Education Advocate to Face Up to 30 Years in Prison for Extortion Conviction
A Florida trial aimed to determine whether an education advocate was doing his job or extorting a school district official for money.
A six-person jury convicted Clarence Shahid Freeman of extortion and unlawful compensation or reward for official behavior last week.
The line between advocating and extorting was on trial, but it only took jurors 18 minutes to come back with a guilty verdict on both second-degree felonies. Freeman could face up to 30 years in prison and will remain in jail until his July 12 sentencing hearing.
During the trial, Freeman’s lawyer, Charles White, described his client as an advocate for Palm Beach County Schools, according to the Palm Beach Post’s live reporting of the three-day trial. His straight shooting got him caught up with then superintendent Wayne Gent, whom he depicted as a corrupt public official who coerced Freeman into what prosecutors alleged was extortion.
“Shahid has the courage to bring your grievance to the person who is going to make the decision,” White said during opening statements. “That's why people come to Shahid. You'll hear that they call it 'access with attitude.'”
There was no evidence that Freeman would benefit from any of his actions, but prosecutors continually called his actions into question. The assistant state attorneys on the case depicted Freeman as a man willing to go to extreme lengths, including extortion, to get what he wanted, according to the Palm Beach Post. They claimed he promised to make Gent’s alleged sexual transgression go away in exchange for money for a reading program and an employee cleared of criminal wrongdoing.
“This was Mr. Freeman’s show,” Marci Rex, a Palm Beach County assistant state attorney, said during opening statements. “He wanted to do things his way, behind closed doors.”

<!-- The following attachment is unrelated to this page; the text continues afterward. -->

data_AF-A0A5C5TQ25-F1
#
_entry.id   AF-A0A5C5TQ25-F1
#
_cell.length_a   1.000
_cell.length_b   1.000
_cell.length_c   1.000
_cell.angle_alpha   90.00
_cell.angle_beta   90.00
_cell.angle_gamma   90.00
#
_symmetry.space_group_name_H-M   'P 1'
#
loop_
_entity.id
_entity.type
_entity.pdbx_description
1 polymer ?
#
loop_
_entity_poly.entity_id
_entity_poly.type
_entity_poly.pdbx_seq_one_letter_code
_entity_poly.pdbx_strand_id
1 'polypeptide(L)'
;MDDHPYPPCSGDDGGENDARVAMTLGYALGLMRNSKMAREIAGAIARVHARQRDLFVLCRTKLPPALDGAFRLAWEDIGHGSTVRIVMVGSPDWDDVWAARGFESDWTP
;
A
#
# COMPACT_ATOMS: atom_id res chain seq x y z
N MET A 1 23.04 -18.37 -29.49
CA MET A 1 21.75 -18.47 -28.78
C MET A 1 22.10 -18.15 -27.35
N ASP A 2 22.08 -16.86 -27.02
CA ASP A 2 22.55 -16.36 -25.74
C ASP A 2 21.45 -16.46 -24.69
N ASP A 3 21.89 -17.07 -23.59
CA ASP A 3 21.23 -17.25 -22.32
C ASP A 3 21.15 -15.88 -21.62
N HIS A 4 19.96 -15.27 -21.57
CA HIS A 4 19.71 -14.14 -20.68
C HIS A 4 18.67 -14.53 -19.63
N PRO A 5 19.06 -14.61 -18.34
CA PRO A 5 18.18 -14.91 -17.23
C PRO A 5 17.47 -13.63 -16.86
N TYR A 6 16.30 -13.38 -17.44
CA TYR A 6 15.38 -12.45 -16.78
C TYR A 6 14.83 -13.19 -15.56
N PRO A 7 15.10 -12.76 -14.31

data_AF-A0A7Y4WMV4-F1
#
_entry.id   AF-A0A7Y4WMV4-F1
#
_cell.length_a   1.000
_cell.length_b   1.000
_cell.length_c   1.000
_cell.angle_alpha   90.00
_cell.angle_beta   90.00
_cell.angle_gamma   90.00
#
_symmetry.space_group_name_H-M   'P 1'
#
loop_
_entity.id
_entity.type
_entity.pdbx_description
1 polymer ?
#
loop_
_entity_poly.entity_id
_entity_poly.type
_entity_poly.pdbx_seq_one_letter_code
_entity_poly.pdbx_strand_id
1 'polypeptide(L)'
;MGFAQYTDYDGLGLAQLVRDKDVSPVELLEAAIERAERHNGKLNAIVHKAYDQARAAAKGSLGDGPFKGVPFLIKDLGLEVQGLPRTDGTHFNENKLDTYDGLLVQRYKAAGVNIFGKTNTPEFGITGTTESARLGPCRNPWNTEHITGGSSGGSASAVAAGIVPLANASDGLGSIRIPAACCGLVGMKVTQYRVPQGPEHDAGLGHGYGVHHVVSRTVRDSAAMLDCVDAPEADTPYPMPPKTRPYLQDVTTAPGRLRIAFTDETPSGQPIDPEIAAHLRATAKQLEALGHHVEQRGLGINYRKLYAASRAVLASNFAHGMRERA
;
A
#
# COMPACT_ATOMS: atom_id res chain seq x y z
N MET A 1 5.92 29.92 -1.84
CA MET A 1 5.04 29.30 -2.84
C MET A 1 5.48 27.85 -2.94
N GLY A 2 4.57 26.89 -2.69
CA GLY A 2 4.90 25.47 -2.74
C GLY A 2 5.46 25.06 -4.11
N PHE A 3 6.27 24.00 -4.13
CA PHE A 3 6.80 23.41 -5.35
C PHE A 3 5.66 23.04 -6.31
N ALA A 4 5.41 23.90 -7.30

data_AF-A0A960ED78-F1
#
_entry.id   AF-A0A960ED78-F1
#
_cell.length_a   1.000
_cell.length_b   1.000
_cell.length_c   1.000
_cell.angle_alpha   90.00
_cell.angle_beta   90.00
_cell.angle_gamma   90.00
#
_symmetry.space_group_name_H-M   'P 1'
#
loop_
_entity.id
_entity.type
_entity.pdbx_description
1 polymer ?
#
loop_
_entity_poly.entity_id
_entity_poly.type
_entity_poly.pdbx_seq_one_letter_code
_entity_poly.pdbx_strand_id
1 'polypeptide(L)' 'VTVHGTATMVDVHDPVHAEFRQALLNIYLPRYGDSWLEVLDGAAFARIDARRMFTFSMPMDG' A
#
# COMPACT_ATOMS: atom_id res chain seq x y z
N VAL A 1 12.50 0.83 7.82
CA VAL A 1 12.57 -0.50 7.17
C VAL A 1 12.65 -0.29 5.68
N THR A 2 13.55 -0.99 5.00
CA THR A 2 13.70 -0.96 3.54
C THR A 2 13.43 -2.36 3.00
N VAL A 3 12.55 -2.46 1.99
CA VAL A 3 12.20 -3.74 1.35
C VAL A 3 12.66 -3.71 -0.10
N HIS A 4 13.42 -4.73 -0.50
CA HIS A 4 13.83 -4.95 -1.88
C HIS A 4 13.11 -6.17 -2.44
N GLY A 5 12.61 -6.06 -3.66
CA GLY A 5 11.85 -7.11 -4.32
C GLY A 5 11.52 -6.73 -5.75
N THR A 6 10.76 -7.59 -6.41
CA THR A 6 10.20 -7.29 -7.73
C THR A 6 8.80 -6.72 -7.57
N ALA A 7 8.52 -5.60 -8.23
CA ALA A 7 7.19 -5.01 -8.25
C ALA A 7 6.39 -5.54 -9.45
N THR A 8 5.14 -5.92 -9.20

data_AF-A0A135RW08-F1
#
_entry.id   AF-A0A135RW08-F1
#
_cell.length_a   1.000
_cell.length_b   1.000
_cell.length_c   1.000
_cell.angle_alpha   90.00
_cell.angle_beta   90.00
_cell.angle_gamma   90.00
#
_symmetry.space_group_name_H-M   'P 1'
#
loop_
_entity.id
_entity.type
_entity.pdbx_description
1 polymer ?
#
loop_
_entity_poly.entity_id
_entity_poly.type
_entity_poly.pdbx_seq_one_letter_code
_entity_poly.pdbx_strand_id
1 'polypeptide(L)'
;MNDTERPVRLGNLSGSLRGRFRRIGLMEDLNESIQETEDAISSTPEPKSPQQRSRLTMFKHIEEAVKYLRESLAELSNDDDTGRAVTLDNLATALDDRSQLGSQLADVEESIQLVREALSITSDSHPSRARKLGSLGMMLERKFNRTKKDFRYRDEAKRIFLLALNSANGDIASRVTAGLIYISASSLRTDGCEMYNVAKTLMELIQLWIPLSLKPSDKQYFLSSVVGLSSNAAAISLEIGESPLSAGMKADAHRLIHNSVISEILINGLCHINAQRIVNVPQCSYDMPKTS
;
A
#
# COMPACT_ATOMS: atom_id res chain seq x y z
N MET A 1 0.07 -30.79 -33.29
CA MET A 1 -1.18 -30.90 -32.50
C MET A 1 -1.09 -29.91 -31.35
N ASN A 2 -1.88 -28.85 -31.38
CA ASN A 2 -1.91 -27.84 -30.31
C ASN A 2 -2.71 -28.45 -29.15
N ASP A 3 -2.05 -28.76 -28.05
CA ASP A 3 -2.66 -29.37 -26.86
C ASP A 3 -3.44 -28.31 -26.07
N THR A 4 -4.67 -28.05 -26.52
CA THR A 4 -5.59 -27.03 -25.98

Freeman presented school board members in 2013 with an anonymous letter from a female employee who wrote about Gent forcing her to perform a sex act in his office, among other allegations, according to the Palm Beach Post. He presented the letter in a school board meeting while trying to reconcile an employee complaint from Brantley Sisnett, who had been moved to a lower-level position after being accused of stealing money from the school district. A jury had acquitted him of all charges, but the district still was determining whether he violated school policy and had not reinstated him to his prior position.
He later met with Gent—who had reported the letter to authorities and was working with them on the case—and schools union chief Terri Miller (then Terri Matthews) at a local restaurant where Freeman, prosecutors concluded from audio recordings they made of the meeting, offered to make the sexual misconduct claims disappear in exchange for a $895,000 payout to Sisnett, the move of a charter school and the approval of Dot’s Success Academy—the Saturday morning reading program where Freeman had worked part-time and for which he had continued to advocate.
Prosecutors claimed, for the first time, in closing arguments that Freeman was the anonymous letter’s author, which White later denied, saying there was no proof presented.
“He knows he can take care of this anonymous letter, because the person who wrote the anonymous letter doesn't exist,” Dan Reiter, the other assistant state attorney on the case, said. “It's Mr. Freeman.”
Freeman did not testify in his own defense because it was not necessary since the state needed to meet the burden of proof, his lawyer argued in his closing arguments.
“We're not here to decide whether the letter is true or false,” White said. “We're here to decide whether or not Mr. Freeman was here with a malicious intent to gain something—money. … Forcing the superintendent to look into something he should be looking into, I assure you, is not what was contemplated by the extortion statute.”
Reiter also compared an advocate to a sports agent, noting regardless of his intentions, Freeman still had to do things the right way.
“If you really are concerned about a civil rights issue, or someone's sexual misconduct, you don't bring it up in a dispute about someone else's employment issue,” he said.
His colleague closed by saying Freeman was not an advocate.
“He knows the right way to do things, but he chose to do it this way, in the dark,” Rex said.
The West Palm Beach Post summed up the case in a sentence during its coverage of the verdict:
Now, instead of implementing the Saturday morning reading program that had been one of his demands in the 2013 exchange with Gent, Freeman faces up to 30 years in prison.
Amanda L. Cole is the editor-in-chief of NonProfit PRO. She was formerly editor-in-chief of special projects for NonProfit PRO's sister publication, Promo Marketing. Contact her at email@example.com.